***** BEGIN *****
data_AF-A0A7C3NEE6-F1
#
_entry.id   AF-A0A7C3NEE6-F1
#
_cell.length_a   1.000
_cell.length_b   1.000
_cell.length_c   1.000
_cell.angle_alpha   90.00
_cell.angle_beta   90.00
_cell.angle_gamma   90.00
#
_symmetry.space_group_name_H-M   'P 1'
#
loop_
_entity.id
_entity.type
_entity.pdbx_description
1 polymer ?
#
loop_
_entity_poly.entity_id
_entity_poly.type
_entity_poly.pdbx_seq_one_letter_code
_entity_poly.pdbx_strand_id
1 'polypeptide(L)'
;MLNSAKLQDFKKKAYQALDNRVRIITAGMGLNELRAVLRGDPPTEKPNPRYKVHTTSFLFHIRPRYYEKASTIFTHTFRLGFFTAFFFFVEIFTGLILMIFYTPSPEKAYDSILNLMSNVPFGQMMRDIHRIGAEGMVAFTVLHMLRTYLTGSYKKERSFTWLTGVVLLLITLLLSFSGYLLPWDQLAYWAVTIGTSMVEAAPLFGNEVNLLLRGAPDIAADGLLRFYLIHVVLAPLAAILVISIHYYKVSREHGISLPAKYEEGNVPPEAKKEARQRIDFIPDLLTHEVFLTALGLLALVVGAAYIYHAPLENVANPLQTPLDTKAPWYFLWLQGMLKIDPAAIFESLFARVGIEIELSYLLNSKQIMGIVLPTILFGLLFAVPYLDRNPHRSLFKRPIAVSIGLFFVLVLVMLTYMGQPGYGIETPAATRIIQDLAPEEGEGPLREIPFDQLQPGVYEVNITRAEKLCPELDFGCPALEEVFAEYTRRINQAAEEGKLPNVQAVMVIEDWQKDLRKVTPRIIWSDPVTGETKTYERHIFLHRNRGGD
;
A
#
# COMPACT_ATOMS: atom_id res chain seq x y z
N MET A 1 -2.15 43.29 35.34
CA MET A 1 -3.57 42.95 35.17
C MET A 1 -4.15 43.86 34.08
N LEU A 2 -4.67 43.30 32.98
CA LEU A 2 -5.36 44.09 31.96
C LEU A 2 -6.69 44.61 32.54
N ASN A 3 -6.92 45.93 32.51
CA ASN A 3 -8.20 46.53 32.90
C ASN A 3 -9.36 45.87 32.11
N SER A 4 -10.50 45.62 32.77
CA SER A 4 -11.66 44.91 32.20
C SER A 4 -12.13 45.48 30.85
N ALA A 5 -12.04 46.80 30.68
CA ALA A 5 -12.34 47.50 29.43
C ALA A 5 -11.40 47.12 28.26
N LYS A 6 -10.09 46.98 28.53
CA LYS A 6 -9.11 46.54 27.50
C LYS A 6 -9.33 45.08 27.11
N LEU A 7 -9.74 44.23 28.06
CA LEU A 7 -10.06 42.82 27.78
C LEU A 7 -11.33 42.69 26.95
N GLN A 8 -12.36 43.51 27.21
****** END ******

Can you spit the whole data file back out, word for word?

data_AF-A0A7C3NEE6-F1
#
_entry.id   AF-A0A7C3NEE6-F1
#
_cell.length_a   1.000
_cell.length_b   1.000
_cell.length_c   1.000
_cell.angle_alpha   90.00
_cell.angle_beta   90.00
_cell.angle_gamma   90.00
#
_symmetry.space_group_name_H-M   'P 1'
#
loop_
_entity.id
_entity.type
_entity.pdbx_description
1 polymer ?
#
loop_
_entity_poly.entity_id
_entity_poly.type
_entity_poly.pdbx_seq_one_letter_code
_entity_poly.pdbx_strand_id
1 'polypeptide(L)'
;MLNSAKLQDFKKKAYQALDNRVRIITAGMGLNELRAVLRGDPPTEKPNPRYKVHTTSFLFHIRPRYYEKASTIFTHTFRLGFFTAFFFFVEIFTGLILMIFYTPSPEKAYDSILNLMSNVPFGQMMRDIHRIGAEGMVAFTVLHMLRTYLTGSYKKERSFTWLTGVVLLLITLLLSFSGYLLPWDQLAYWAVTIGTSMVEAAPLFGNEVNLLLRGAPDIAADGLLRFYLIHVVLAPLAAILVISIHYYKVSREHGISLPAKYEEGNVPPEAKKEARQRIDFIPDLLTHEVFLTALGLLALVVGAAYIYHAPLENVANPLQTPLDTKAPWYFLWLQGMLKIDPAAIFESLFARVGIEIELSYLLNSKQIMGIVLPTILFGLLFAVPYLDRNPHRSLFKRPIAVSIGLFFVLVLVMLTYMGQPGYGIETPAATRIIQDLAPEEGEGPLREIPFDQLQPGVYEVNITRAEKLCPELDFGCPALEEVFAEYTRRINQAAEEGKLPNVQAVMVIEDWQKDLRKVTPRIIWSDPVTGETKTYERHIFLHRNRGGD
;
A
#
# COMPACT_ATOMS: atom_id res chain seq x y z
N MET A 1 -2.15 43.29 35.34
CA MET A 1 -3.57 42.95 35.17
C MET A 1 -4.15 43.86 34.08
N LEU A 2 -4.67 43.30 32.98
CA LEU A 2 -5.36 44.09 31.96
C LEU A 2 -6.69 44.61 32.54
N ASN A 3 -6.92 45.93 32.51
CA ASN A 3 -8.20 46.53 32.90
C ASN A 3 -9.36 45.87 32.11
N SER A 4 -10.50 45.62 32.77
CA SER A 4 -11.66 44.91 32.20
C SER A 4 -12.13 45.48 30.85
N ALA A 5 -12.04 46.80 30.68
CA ALA A 5 -12.34 47.50 29.43
C ALA A 5 -11.40 47.12 28.26
N LYS A 6 -10.09 46.98 28.53
CA LYS A 6 -9.11 46.54 27.50
C LYS A 6 -9.33 45.08 27.11
N LEU A 7 -9.74 44.23 28.06
CA LEU A 7 -10.06 42.82 27.78
C LEU A 7 -11.33 42.69 26.95
N GLN A 8 -12.36 43.51 27.21